Saturday, February 9, 2013

Fokker D.VII (OAW) 1/32: Part 2

Continuing on with the Wingnut Wings Fok D.VII (OAW). Minor progress this week...just put the engine in.

I also have one other photo of the plane's pilot, Fritz Schliewen. Here is a group photo of Jasta 6 pilots in the late summer of 1918. Schliewen, who would have been 20 or 21 years old at the time, is identified as the pilot 4th from the right.

This is a 21-piece model of the Daimler-Mercedes 180hp D.IIIa engine. The fit and engineering is excellent.

And the current state of the interior assembly...comin' along. Fuselage halves are next!

'Til next time.


  1. I'm more of a Albatross man myself, but I do enjoy a nice Fokker here and there.

  2. Fantastic. We are adding details to our full scale DVII (its temporary static display) and this interior is extremely helpful in educating how things laid out, especially the empty belt box that the empty belt tubes fed into. Answered one of my questions about the top of the box...there was no top, not needed.

  3. Kevin: I am having an issue with wingnut wings, with all that detail they fall short on the machine gun installation. They include empty belt tubes that come out of the left side of the guns and go forward at and angle to feed the empty belt bin (although I don't know if they actually fit properly) but what they don't include is the empty cartridge trays into which the cartridges are thrown out through a hole in the receiver and then are guided out by the curved trays over the top deck into the slipstream to sail just below and past the cockpit on either side. ALL DVII's and DR 1's had them and they are visible once the model is completed. Would be awesome to see these guns installed even if temporary on this currently exposed interior.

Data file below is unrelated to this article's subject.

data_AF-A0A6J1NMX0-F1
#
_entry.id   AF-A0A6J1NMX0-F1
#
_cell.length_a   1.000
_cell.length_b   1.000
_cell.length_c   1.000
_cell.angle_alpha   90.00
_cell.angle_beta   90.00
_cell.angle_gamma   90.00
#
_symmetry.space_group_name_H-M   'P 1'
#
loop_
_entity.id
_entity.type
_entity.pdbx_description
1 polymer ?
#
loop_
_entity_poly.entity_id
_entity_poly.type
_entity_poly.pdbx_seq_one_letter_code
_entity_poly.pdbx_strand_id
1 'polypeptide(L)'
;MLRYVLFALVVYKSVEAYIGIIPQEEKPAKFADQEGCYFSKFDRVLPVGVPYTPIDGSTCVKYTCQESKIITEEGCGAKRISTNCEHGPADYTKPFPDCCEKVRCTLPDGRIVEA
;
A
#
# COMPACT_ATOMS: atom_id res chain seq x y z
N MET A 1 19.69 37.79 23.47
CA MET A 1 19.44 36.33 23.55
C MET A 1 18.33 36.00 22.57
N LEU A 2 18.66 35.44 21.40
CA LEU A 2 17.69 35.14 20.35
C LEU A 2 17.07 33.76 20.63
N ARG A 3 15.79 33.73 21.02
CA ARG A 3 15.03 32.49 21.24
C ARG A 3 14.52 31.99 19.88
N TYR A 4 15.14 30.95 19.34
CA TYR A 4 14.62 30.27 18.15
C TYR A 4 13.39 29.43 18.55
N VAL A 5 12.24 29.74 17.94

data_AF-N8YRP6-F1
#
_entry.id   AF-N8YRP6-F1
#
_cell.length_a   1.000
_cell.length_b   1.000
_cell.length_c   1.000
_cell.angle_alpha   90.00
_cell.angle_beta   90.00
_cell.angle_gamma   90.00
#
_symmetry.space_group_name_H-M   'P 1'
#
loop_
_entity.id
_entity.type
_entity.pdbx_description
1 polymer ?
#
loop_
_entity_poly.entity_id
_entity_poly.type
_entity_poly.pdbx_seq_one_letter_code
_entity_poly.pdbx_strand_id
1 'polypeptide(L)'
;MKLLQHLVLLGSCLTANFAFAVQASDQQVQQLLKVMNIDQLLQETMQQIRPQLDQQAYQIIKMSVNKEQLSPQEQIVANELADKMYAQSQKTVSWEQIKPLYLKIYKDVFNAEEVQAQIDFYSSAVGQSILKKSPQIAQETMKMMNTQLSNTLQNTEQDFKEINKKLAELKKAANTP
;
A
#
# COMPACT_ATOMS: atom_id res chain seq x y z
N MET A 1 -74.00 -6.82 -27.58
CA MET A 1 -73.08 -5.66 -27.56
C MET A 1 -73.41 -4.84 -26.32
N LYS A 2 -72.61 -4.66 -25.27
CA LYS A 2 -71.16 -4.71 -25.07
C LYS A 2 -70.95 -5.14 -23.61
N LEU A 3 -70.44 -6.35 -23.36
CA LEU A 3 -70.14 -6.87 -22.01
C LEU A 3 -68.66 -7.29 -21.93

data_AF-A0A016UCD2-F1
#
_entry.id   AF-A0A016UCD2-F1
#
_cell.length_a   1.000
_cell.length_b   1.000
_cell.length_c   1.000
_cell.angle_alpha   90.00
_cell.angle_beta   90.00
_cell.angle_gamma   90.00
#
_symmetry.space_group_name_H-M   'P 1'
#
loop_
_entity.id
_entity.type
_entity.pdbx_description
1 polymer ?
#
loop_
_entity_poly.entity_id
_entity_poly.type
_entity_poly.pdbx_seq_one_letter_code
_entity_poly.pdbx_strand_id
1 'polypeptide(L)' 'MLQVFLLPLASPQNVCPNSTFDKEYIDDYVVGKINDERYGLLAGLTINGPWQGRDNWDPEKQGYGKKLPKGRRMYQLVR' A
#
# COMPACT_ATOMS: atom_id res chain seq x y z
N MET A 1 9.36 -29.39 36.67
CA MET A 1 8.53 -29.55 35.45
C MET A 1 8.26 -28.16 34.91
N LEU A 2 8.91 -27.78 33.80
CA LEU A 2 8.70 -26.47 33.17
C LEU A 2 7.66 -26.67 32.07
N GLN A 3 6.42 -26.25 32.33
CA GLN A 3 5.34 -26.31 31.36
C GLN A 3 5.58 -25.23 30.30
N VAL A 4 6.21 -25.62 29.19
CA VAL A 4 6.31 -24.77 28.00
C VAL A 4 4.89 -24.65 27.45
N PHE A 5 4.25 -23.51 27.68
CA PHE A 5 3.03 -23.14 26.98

4. HooDoo,

    OK, will try to accommodate you here. Stay tuned.

  5. Very Cool Kevin! Let me know if I can help. One of the most useful references are the pair of guns in the Australian pictures of MvR from his Dr 1 as they show the belt tubes (note the forward rake and the empty cartridge trays (I call them trays, just curved plates of metal attached to the guns to just catch the cartridges flying out of the front of the receiver and direct them to the sides of the aircraft where they flow by the pilot. The belt chutes were attached by screws to the left side of the gun and the curved plates were had a bracket that slipped into the right side slot that was also used for the trommel belt holder on the ground guns. This is why they are rarely seen today as they were cumbersome came off easily. Many guns survived but only a few trays and hardly any of the belt tubes survived.